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Help, name this framing technique?


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I don't have a pic so you have to imagine what I'm trying to explain.

What, or is there a name, for a rafter system coming up the rake then interrupted by a knee wall supported sleepers of the same dimension with lath strips the rest of the way to the ridge?

This is all stick framing and the rake plane never changes it's angle.

It has decking atop the rafters and lath surfaces for the shingles.

Any engineering or architectural reason to frame this way instead of continuous rafter?

Also any special name for sleeper with lath only roof framing system?

Thanks in advance.

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Hi Barry,

Apologies, but I'm having a very hard time envisioning the system based on the description you've provided. Do you have a scanner? Is it possible that you could make a rough sketch, scan it, save it as an image and then post it to this thread, so we'll have a better understanding of what you mean?



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Yes a drawing would help but it sounds like what your describing started out as conventional construction then became post frame style construction.

For example in conventional construction the load bearing elements, rafters, run with the slope of the roof where as in post frame they run perpendicular to the slope (purlins).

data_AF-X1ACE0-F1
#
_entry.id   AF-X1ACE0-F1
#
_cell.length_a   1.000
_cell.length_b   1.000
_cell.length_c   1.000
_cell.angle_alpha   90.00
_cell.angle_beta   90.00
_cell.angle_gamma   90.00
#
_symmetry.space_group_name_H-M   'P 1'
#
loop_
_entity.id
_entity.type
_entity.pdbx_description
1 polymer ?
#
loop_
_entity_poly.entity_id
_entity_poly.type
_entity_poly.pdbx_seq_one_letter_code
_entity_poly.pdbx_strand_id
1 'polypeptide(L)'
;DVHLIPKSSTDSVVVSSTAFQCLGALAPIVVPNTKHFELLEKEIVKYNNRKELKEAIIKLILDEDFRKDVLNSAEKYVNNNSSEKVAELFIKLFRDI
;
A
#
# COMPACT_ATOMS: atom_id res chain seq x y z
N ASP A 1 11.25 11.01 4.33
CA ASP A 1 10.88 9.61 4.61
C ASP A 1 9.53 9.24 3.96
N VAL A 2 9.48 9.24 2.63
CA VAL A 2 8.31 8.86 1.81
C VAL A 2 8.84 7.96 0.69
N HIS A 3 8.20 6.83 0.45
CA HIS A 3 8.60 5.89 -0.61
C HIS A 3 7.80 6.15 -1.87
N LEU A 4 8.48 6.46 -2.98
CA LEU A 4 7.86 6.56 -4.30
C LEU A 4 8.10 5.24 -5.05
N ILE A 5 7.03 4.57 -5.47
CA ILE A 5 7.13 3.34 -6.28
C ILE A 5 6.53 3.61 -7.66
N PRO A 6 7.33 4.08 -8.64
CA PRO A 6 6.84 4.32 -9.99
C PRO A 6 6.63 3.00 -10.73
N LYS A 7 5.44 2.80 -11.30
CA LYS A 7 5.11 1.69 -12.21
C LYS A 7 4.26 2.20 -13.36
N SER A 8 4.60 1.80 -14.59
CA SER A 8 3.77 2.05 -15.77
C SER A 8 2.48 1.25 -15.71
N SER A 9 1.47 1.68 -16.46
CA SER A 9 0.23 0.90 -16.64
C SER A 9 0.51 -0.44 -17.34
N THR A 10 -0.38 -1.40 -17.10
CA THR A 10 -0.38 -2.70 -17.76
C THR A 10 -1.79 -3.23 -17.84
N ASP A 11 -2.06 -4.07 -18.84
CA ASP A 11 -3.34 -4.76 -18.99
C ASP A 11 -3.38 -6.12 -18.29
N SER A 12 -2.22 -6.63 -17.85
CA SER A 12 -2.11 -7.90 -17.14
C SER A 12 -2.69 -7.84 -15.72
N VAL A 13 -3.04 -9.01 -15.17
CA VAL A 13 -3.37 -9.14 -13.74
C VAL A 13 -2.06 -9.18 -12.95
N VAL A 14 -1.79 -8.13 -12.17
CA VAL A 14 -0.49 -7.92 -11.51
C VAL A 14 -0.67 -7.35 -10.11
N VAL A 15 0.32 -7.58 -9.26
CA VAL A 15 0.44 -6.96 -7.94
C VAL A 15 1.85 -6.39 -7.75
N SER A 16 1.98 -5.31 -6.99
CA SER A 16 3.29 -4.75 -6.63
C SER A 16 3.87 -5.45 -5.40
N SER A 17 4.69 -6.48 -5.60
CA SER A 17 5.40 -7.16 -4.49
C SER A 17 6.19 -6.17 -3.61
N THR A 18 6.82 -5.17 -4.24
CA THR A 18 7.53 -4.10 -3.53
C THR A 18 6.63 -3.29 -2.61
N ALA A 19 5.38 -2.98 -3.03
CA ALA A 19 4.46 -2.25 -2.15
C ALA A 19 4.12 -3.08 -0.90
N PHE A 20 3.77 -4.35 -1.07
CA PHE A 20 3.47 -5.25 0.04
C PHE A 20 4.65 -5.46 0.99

Chris, Oregon

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As far as why for the design change I suspect the designer was familiar with post frame style and felt that it more economically solved whatever problem he or she were facing.

Post frame style tends to be a more economical form of construction (uses less lumber) and here its commonly the way pole barns and other accessory structures are built.

Joe lstiburek and others have commented on the fact that we use too much wood presently in our structures and could build them safely with significantly less.

The problem is as we try to optimize a design the more we have to take an engineering approach to it. The prescriptive manner that we do most things now tends to save money upfront in the form of less engineering and development costs but may cost us more in the long run.

Chris, Oregon

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Originally posted by Les


This has nothing to do with your post, but I saw this again today and thought of your post.

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I don't know the name of the method, just that it is a common pre-cut rafter truss from mid-fifties. Maybe I'll call it the Shirley Method.

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Is that ridge board cut like a diamond? It looks like it so the rafters butt into it square. That's slick.

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Originally posted by BADAIR


I bet you asked yourself the same question I did.


The rest of yous guys,

I don't want to here squat about Picasso, Pei, or Dali.

OK bring it on.

I love criticism, ask my wife.

My best guess is that someone wanted to squeeze out a few more inches of headroom on the inner side of that kneewall.

- Jim Katen, Oregon

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Barry, no help on the name, but as to the reason, that makes me think of the chopped up roof lines typical in 70's houses around here that would have been open to the air where the sleepers are in your diagram, making the knee wall really the outside wall of the house. Maybe they closed it in during a remodel. In which case the technical name for the architectural element would be "Billy-Bob's sleeper system";)

Just a thought.


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